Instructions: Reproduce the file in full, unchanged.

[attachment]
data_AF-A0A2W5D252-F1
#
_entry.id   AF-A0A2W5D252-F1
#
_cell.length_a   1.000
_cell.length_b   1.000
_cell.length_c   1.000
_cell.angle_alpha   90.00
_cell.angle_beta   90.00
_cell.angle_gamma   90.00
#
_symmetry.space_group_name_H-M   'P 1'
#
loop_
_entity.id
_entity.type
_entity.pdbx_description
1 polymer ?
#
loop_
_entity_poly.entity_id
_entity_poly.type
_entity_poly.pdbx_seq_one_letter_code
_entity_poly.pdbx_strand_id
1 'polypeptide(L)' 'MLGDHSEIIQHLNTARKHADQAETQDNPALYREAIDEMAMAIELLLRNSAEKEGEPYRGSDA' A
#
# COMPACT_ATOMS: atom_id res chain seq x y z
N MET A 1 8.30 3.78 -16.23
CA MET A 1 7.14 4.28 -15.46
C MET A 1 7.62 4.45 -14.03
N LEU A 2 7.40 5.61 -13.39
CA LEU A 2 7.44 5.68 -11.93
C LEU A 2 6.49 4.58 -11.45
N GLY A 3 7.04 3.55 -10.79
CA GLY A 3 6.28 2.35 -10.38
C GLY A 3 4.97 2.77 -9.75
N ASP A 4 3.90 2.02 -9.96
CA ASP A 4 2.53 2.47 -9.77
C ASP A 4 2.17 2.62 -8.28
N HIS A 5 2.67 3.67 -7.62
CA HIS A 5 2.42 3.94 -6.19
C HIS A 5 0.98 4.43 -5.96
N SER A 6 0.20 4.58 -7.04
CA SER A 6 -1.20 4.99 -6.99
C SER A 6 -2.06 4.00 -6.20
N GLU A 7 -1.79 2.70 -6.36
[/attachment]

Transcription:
data_AF-A0A2W5D252-F1
#
_entry.id   AF-A0A2W5D252-F1
#
_cell.length_a   1.000
_cell.length_b   1.000
_cell.length_c   1.000
_cell.angle_alpha   90.00
_cell.angle_beta   90.00
_cell.angle_gamma   90.00
#
_symmetry.space_group_name_H-M   'P 1'
#
loop_
_entity.id
_entity.type
_entity.pdbx_description
1 polymer ?
#
loop_
_entity_poly.entity_id
_entity_poly.type
_entity_poly.pdbx_seq_one_letter_code
_entity_poly.pdbx_strand_id
1 'polypeptide(L)' 'MLGDHSEIIQHLNTARKHADQAETQDNPALYREAIDEMAMAIELLLRNSAEKEGEPYRGSDA' A
#
# COMPACT_ATOMS: atom_id res chain seq x y z
N MET A 1 8.30 3.78 -16.23
CA MET A 1 7.14 4.28 -15.46
C MET A 1 7.62 4.45 -14.03
N LEU A 2 7.40 5.61 -13.39
CA LEU A 2 7.44 5.68 -11.93
C LEU A 2 6.49 4.58 -11.45
N GLY A 3 7.04 3.55 -10.79
CA GLY A 3 6.28 2.35 -10.38
C GLY A 3 4.97 2.77 -9.75
N ASP A 4 3.90 2.02 -9.96
CA ASP A 4 2.53 2.47 -9.77
C ASP A 4 2.17 2.62 -8.28
N HIS A 5 2.67 3.67 -7.62
CA HIS A 5 2.42 3.94 -6.19
C HIS A 5 0.98 4.43 -5.96
N SER A 6 0.20 4.58 -7.04
CA SER A 6 -1.20 4.99 -6.99
C SER A 6 -2.06 4.00 -6.20
N GLU A 7 -1.79 2.70 -6.36